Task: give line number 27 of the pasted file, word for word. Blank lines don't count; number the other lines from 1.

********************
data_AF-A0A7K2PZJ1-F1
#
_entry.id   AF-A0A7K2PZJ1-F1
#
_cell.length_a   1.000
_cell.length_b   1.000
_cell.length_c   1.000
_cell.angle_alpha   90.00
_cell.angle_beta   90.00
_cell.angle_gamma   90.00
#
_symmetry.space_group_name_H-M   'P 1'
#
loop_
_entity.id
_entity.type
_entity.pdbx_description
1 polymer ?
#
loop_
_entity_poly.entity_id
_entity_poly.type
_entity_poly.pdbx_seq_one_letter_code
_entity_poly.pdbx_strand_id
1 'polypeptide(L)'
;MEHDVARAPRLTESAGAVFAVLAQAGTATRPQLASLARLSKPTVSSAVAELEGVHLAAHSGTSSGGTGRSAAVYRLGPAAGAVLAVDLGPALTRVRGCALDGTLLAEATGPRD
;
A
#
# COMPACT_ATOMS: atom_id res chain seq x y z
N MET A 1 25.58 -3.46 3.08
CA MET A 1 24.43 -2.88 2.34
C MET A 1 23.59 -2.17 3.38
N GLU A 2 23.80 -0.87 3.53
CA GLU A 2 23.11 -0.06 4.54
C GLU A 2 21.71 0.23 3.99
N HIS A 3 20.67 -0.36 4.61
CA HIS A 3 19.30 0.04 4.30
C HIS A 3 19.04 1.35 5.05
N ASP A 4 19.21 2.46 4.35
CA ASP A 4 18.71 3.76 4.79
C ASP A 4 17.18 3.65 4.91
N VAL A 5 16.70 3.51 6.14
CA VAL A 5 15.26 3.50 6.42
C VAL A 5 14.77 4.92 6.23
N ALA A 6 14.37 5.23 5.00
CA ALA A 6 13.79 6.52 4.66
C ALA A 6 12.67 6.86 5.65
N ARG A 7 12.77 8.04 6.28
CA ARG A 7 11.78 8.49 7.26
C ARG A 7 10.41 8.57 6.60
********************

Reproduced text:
;